The Outer Worlds (so far)
I bought The Outer Worlds a few years back, probably around the same time I bought Outer Wilds, and finally picked it up a few weeks ago.
About 15 minutes into the game, my biggest impression was “Whoa, the designers on this really liked Firefly.”
The ship’s cargo hold looks like the Serenity, the first town you visit has a neo-western-frontier look to it, the town administrator looks like Badger, the first person who can join your party is a perky mechanic…
It’s very much unlike Outer Wilds or No Man’s Sky. This is an RPG, the kind where you choose different attributes and skills and level them up as you go, collect items to use in exploration or combat, build up a crew and so on. It’s not a spaceflight sim. The quests sometimes involve combat, sometimes problem solving, sometimes diplomacy. Often there are several ways to solve them, and you have to choose one.
And sometimes those choices are hard: The mainline quest in the starting town involves choosing one of two communities to cut power from so you can take the last part you need to get your ship flying again. And by the time you get to it, you’ve talked to enough people in each that whatever your take on the town leadership, it’s clear that the ordinary people are going to suffer one way or another. If you want to keep playing the game, you have to pick the least-bad option, and the best you can do from there is reduce the harm.
The solar system it takes place in was colonized by corporations. It’s hyper-capitalist, cutthroat business from the boardrooms down to the cannery floors, and every town is a company town. Exploitation and indentured servitude are the norm. People are required to spout company slogans during otherwise everyday interactions. The crappy healthcare system rations supplies by patients’ work output, blaming them for their own illness. Sometimes the satire is funny, but sometimes it’s just depressing to talk to characters who have never known anything else.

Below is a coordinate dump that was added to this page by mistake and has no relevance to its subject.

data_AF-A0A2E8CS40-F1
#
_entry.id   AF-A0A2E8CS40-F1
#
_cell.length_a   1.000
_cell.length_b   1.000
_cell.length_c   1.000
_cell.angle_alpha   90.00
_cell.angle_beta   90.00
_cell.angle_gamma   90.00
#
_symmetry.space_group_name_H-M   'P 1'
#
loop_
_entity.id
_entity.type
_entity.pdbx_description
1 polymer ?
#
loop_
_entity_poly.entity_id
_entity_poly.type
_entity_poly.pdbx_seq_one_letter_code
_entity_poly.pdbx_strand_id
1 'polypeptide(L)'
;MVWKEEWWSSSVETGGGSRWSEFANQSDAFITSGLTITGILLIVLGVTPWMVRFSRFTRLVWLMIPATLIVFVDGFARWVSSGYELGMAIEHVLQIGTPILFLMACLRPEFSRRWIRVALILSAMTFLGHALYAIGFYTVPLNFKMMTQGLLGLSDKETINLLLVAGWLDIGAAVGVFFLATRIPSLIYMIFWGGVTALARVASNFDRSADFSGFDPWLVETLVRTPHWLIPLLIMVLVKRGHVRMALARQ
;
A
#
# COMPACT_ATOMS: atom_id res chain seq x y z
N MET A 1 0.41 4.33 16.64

The main story involves a sleeper ship that arrived late. Rather than spend the money to awaken people who had already been written off, the companies decided to just keep it quiet and leave it somewhere no one would notice. You’ve been awakened by a notorious “criminal,” who says he wants your help gathering the supplies he needs to awaken the rest of them. Though there are hints he might have another motive.
I’m still relatively early in the game, exploring the first offworld port you can get to. Doing my usual thing where I try to find and complete every side quest before moving onto the next part of the main story. The characters and quests continue to be interesting, and I can imagine some good replayability from choosing different crewmembers to come with you on various quests, choosing different specialties so your main character has different options open to them, solving the quests differently, and seeing what that causes down the line.
Definitely recommended if you like RPGs, space, and stories dealing with morally ambiguous situations.